At the beginning of this long holiday week-end, we covered a two-day Indian wedding of Mena and Ashwin. Our connection was a perfect example of a long-distance booking. Mena, who is from California, found me about a year ago via one of the online listings that I employ and where I am periodically featured, WedPlan.net. As she wrote to her wedding webpage’s guests,
“I […] fell in love with his work immediately! I told Ash the minute I saw his photographs that I had found the perfect photographer to capture the days details and events. Aside from being a talented artist Ed is extremely personable and a pleasure to work with.”
Although we haven’t met until about two weeks before the wedding, we have had no problems sharing our vision and expectations. The entire booking process was smoothly handled by Zorz Studios’ online booking system, integrating e-mail, billing, and legal components along the way.
The wedding was held in New York where Mena moved just recently, jumping not only on finalizing all the wedding arrangements but also on her continued education. On top of these challenges, her fiance was dealing with relocating and settling in a new position in Philadelphia, where the couple is moving eventually. Hats off for braving it all at once.
Similar to a high-profile Pakistani wedding that I shot in Manhattan’s Gotham Hall, this wedding was a sheer galore of colors and warmth, dancing and happiness. Traditionally, the wedding day was preceded by Mehndi/Sangeet, preparation of the bride to the wedding when Henna was applied to her palms and feet. This was accompanied by a large fest organized by the groom’s family the night before the wedding day in Westchester. Ash arrived on a white horse, escorted by jubilant family members. Later, small fireworks marked Mena’s arrival. Watching the stage performance by family members, Olga and I were amazed by their diversity of talents, eliminating the need to hire any outside professional performers! It almost looked like a mini-episode of American Idol. 🙂
We returned the following morning to the groom’s parents’ house, location of the wedding ceremony. Since our hotel was within a 3-mile radius, we could arrive early enough to catch the cute sights of walking pajamas and sleepy heads. After a quick briefing, we pulled out our cameras and started to shoot everything in our way as there was no lack of details and action. A highlight of the wedding day morning was, undoubtedly, the fabulous makeup work done by no one less but the bride’s mother, herself a stunning lady remaining unbelievably tranquil and poised (pictured with Mena on the left).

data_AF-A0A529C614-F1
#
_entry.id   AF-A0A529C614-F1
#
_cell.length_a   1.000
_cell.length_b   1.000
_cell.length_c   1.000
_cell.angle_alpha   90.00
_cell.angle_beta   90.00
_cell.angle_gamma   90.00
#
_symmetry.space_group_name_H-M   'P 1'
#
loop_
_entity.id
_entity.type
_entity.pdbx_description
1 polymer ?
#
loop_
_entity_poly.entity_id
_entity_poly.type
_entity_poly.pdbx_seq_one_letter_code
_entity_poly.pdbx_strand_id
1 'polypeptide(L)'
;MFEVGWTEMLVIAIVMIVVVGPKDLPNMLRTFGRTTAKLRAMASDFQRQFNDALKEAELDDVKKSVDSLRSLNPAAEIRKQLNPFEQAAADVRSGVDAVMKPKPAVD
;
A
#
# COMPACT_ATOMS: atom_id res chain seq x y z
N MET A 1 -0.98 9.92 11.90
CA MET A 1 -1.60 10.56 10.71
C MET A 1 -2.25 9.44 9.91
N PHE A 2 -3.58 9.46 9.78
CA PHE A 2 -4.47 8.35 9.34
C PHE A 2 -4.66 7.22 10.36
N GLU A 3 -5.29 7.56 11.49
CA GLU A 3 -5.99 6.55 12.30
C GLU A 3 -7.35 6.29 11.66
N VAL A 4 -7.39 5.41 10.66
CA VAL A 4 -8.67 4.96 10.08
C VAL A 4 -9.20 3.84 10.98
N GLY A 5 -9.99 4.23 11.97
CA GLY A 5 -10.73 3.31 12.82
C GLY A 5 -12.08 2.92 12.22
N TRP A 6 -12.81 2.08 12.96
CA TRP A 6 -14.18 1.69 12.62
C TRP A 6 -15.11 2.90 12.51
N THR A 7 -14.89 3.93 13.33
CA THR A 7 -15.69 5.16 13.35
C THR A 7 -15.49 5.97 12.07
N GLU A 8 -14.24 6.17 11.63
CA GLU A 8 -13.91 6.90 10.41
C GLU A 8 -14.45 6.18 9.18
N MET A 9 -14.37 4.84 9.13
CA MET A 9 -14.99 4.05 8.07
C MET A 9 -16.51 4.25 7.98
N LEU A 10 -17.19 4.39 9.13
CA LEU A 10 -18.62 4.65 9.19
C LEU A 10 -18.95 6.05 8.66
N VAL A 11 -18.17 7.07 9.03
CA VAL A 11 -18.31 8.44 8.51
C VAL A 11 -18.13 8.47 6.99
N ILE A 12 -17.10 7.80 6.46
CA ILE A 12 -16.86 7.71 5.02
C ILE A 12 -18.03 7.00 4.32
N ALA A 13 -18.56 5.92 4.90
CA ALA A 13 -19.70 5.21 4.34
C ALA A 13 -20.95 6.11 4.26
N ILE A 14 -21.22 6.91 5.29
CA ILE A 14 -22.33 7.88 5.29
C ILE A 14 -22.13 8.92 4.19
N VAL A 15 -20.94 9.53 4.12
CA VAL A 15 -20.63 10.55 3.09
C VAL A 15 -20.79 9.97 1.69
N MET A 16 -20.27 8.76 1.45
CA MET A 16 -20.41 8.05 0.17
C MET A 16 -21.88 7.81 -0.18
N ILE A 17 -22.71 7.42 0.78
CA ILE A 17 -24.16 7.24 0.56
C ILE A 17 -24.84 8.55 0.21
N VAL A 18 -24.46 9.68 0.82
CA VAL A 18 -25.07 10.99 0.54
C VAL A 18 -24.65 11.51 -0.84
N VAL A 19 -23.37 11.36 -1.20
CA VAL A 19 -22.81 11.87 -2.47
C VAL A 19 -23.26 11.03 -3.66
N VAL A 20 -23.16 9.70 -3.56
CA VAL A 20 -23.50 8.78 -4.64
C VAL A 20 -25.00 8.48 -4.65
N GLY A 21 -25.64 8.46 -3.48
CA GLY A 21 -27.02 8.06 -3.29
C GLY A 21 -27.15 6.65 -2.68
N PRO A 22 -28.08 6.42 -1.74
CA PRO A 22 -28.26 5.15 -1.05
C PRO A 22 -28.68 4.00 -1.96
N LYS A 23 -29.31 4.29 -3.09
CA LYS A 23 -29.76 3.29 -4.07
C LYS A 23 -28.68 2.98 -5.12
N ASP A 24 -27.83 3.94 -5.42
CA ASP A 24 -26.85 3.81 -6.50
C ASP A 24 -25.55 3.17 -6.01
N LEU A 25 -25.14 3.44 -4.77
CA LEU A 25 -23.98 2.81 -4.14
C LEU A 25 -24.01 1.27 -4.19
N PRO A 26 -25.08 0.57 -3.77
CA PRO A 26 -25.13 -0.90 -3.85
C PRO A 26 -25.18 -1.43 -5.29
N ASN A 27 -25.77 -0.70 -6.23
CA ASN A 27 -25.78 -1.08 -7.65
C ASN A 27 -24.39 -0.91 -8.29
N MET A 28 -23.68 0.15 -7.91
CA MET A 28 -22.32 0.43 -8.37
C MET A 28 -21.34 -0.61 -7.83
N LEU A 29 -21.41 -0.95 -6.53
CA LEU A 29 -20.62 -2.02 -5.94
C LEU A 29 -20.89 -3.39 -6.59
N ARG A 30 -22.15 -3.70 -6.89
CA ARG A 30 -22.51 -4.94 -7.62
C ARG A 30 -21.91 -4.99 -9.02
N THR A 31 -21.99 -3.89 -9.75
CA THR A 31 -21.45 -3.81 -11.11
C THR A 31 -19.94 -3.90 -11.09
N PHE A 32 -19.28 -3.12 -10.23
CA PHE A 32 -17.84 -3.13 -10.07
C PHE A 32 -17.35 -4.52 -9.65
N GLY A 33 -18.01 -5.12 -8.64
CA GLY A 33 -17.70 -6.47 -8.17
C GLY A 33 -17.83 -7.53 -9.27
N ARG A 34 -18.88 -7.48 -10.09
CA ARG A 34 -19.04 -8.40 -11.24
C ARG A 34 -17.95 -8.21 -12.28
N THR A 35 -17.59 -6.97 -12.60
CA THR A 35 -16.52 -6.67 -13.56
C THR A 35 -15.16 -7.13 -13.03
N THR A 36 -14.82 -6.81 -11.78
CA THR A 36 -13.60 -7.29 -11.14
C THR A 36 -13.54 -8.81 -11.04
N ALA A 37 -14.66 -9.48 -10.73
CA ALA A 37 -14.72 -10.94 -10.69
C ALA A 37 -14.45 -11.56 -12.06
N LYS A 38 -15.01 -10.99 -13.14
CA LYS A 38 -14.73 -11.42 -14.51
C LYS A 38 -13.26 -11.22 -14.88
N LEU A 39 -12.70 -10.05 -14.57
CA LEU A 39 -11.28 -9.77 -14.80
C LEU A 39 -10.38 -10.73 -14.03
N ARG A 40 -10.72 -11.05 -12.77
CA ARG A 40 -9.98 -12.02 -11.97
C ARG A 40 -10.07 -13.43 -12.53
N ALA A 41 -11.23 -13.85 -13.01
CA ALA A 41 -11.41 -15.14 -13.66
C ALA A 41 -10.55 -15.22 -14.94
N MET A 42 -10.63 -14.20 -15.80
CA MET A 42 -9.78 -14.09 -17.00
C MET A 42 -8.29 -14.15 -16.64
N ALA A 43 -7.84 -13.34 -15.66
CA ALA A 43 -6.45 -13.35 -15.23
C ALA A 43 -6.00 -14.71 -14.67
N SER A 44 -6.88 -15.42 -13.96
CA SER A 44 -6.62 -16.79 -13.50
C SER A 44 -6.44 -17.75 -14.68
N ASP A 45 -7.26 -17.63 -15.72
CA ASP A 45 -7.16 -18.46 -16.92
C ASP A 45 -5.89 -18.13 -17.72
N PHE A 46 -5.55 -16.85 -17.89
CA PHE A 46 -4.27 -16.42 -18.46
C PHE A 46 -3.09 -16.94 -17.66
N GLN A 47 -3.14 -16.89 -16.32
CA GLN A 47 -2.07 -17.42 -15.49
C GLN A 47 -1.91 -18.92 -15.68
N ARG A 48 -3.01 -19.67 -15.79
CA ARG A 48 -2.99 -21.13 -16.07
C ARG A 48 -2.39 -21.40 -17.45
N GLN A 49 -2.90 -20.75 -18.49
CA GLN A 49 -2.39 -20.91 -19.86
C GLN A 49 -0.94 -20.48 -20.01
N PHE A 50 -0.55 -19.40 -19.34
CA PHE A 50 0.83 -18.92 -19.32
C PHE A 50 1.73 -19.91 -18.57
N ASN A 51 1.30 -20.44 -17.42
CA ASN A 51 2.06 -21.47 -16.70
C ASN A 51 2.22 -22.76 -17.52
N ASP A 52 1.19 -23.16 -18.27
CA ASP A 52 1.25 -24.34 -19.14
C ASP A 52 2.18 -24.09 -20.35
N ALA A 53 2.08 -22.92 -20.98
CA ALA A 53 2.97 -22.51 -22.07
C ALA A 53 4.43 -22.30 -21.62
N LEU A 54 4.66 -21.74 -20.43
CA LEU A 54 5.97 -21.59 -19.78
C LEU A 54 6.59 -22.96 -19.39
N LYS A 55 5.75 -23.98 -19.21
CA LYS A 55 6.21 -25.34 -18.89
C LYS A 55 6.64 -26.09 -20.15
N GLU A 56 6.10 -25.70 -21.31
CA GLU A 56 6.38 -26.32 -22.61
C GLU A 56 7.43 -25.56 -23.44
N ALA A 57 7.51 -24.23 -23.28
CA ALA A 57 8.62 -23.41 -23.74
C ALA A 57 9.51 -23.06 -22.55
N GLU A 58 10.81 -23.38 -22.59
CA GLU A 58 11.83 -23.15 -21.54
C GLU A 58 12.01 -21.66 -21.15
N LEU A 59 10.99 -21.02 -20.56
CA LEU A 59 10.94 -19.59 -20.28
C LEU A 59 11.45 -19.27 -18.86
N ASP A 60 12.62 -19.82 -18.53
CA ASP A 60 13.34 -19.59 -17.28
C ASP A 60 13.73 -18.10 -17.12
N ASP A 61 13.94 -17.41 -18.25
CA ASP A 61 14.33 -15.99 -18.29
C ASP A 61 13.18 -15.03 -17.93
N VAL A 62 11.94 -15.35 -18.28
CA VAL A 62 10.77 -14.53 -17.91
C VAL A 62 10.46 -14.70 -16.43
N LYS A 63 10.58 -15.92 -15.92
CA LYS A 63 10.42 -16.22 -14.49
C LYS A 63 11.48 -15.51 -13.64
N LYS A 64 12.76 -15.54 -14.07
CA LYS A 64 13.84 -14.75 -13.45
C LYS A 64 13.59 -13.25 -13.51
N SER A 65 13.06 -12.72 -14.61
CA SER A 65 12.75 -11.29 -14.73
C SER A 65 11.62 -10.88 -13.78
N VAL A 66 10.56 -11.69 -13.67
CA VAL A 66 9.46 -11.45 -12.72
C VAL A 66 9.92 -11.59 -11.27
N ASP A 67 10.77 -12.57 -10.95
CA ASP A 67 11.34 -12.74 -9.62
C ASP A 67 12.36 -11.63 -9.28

A praise would be incomplete without mentioning of Renu, who graciously created an ensemble of bride’s hair, jewelery, fresh-cut flowers, and embellished sari.
After the beautifully complex and captivating Hindu wedding ceremony, we did formal portraits of both families, and then were given a tiny bit of our own time with the couple… What is 45 minutes to two artists overloaded with ideas and energy? Alas, not much. Our list of shots (not the routine one but the creative, know-how list) was barely touched… It is always painful to hear our couples say “it is time, we have to go”, and this couple was kind of cruel (um… just kidding) in teasing us but not giving us a whole day for a photo shoot! I understand… the day is packed. Let’s drink to the engagement and bridal sessions! Anyhow, we just made do with a lawn by the house and a cool all-mirror bathroom in the neighbors’ house “which some people love and some people hate”, as say the owners… As for me, I walked out of that bathroom thanking them for it! See the photo of cloned Mena below. As un-Vougesque as it sounds, she is standing on a toilet… Who knew?
We caught some breath on our way from the house in Mahopac to Tarrytown, where the reception at the Tappan Hill Mansion was held, the former estate of Mark Twain in the scenic Hudson Valley. The crowd, energized by DJ Vic, partied past midnight. It is amazing how contemporary Indian music, mixed with Western, is capable of pulling the majority of the audience, from youngest to oldest, to the shaking dance floor… Man, I felt myself Indian there!!!
Yet another highlight of this glorious celebration was the presence of a family member, an Academy Award nominated Indian-American filmmaker and screenwriter who directed several blockbusters.
Well, it is past 4:00 in the morning and I have just about two hours left to sleep. Let’s stop here for now. Check back for more photos, details, and some behind-the-scene footage… Note that the photos above are just a glimpse of our favorites. They were post-processed by me in a uniform, discretionary matter, not necessarily reflecting clients’ preference. Many months of preparing the materials for the fine art wedding album are yet to come.
Comments are welcomed!
08/01/2009 update: After a sleepless night, I prepared the slideshow and I like it. Here are the promised behind-the-scene shots: 🙂